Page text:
As companies get larger, it is natural that sales and marketing split. When this happens, they often run into problems as the two become misaligned. Marketing develops products that sales can’t sell, they don’t provide the tools sales needs, and soon duplication starts to occur on both sides. This is because management failed to see the need and degree for alignment. In some cases, these problems never occur. The reason is that it is highly dependent on the market. Markets with rapid rates of change and/or high solution orientation need high degrees of alignment. Commodity markets need none.
In fact, sales professionals are often commoditized in commodity environments. Consider Wal-Mart, the sales people there are poles apart from the high value-added sales professionals seen in the Chip Making Equipment industry. At organizations like Wal-Mart, there is no need to align sales and marketing. Marketing can make product selection, positioning, and many other decisions without the input of sales. In fact it would be counterproductive, as sales is at the front of the front lines of business. They are one-on-one and successful sales professionals in any field are invariably people and relationship-centric. In contrast, successful marketing people tend to be analytical and numbers-oriented. A good sales person is bullet proof to rejection and failure. A good marketing person hates both and becomes very introspective when either happens. This is why the two groups need to be separate in the first place.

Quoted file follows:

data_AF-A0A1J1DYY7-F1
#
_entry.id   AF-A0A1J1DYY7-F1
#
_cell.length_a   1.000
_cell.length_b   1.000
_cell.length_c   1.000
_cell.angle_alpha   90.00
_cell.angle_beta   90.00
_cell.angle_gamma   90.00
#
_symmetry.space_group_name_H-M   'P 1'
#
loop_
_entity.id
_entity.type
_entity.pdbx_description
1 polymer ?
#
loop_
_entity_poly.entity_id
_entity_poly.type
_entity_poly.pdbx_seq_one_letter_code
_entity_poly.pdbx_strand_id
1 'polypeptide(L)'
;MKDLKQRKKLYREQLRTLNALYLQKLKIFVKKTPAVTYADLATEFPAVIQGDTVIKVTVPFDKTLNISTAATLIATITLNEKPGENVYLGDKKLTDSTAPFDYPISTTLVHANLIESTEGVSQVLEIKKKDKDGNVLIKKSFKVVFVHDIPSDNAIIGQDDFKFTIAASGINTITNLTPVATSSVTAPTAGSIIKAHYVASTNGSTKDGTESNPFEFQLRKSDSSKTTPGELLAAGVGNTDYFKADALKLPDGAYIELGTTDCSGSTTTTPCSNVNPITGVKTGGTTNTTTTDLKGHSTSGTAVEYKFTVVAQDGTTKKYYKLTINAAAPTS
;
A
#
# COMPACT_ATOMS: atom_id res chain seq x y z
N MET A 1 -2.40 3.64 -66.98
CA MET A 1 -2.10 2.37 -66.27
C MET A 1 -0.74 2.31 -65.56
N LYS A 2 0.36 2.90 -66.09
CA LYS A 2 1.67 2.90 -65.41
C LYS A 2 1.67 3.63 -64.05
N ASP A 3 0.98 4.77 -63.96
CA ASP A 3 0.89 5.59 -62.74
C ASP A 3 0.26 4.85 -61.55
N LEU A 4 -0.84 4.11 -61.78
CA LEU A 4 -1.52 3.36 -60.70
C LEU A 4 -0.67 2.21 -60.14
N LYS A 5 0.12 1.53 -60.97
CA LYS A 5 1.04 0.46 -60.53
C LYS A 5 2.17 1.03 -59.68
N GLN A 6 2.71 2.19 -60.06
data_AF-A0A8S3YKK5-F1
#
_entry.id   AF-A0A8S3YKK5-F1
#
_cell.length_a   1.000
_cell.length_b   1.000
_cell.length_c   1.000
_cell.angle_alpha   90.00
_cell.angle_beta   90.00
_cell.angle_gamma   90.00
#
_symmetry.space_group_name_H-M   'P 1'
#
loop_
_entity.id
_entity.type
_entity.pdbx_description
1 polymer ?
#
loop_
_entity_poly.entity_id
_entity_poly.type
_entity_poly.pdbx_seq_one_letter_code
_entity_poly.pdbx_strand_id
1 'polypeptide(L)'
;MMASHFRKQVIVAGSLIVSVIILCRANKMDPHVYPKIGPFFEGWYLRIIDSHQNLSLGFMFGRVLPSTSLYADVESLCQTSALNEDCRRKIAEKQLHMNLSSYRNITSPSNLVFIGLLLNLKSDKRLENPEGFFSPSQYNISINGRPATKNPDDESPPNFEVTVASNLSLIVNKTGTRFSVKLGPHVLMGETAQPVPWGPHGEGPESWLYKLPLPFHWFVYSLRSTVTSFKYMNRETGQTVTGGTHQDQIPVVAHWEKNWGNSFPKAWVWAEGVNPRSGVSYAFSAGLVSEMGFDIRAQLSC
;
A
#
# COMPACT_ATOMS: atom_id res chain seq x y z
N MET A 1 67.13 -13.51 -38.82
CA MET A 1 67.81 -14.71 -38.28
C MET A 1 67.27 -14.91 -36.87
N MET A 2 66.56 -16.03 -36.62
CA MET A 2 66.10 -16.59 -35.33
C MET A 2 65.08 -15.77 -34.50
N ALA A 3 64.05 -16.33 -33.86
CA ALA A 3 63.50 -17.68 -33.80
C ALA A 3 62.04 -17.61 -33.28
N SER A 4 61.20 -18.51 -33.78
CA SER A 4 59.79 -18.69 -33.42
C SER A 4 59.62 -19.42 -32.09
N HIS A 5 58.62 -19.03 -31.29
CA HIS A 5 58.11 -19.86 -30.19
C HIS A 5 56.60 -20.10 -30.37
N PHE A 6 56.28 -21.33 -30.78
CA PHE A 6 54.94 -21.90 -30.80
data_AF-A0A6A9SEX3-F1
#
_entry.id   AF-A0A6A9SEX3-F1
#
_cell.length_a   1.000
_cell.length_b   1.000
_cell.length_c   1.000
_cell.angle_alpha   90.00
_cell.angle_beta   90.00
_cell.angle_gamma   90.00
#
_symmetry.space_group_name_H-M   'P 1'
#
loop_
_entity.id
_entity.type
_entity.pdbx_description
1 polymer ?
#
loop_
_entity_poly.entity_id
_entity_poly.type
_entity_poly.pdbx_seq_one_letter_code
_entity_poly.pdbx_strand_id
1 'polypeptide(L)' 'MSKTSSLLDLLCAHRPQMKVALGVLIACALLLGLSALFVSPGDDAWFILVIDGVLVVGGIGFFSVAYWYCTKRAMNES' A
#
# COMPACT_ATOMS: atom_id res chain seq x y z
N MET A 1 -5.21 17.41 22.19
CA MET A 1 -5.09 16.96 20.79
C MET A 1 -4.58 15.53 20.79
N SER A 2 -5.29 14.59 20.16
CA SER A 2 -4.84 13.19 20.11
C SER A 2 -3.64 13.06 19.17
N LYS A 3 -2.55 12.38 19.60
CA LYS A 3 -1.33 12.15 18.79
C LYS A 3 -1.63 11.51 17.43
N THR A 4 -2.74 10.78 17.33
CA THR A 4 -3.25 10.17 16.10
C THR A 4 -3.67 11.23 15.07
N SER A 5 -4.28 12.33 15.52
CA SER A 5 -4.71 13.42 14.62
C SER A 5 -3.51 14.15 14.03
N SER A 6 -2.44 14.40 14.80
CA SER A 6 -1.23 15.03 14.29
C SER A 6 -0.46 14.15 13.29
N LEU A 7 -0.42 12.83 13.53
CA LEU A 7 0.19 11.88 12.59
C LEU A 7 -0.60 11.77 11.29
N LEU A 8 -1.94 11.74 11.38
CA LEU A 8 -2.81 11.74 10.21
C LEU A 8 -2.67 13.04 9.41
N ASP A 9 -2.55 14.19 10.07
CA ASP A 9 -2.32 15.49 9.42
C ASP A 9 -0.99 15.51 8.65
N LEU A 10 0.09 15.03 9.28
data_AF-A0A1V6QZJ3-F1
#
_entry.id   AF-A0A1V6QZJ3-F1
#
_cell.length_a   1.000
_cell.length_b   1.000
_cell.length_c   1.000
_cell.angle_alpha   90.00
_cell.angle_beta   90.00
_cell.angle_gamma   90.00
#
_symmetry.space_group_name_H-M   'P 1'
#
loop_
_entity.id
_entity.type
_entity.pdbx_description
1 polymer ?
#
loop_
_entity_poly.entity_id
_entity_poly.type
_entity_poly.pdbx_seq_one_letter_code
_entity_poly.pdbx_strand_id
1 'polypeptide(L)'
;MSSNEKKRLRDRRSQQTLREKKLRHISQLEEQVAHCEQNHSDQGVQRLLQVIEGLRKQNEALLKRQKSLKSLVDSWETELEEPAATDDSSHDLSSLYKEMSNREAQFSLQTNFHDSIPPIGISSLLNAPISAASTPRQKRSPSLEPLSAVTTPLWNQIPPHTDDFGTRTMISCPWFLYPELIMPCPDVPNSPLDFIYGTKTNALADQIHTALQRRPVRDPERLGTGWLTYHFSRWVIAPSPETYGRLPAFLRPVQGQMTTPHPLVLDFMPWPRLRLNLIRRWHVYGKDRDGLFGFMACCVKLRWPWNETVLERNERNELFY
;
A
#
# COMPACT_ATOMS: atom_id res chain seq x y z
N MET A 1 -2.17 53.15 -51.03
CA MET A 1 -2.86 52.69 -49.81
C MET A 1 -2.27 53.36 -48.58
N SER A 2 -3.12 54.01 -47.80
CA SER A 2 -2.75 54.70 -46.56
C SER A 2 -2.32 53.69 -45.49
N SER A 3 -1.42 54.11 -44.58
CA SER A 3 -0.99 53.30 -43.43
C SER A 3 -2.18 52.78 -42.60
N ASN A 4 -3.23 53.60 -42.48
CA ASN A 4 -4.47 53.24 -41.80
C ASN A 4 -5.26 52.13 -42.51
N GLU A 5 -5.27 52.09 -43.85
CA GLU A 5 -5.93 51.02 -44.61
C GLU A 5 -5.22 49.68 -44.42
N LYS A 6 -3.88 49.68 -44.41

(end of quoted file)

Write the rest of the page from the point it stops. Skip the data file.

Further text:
The market for Chip Making Equipment undergoes rapid change and it is very solution-oriented. There are few customers, they need high levels of support, they have high NIH factors, and their purchasing arms openly discourage any form of relationship building at all levels except themselves. Successful sales people are as well suited for this environment as penguins are for survival in the coldest environment on earth. Penguins not only survive in this environment, they breed in it. Without good relationships with the Chip Maker, the doors will never be open enough for marketing to figure out what products need to be developed. If sales and marketing are not closely aligned in this environment, they drop the egg where it freezes on the ice. SVG made this mistake in the eighties with its development efforts to enter the vertical furnace market. They had to buy Thermco to recover. Applied Materials was a master at this, which directly resulted in its success in the eighties and nineties.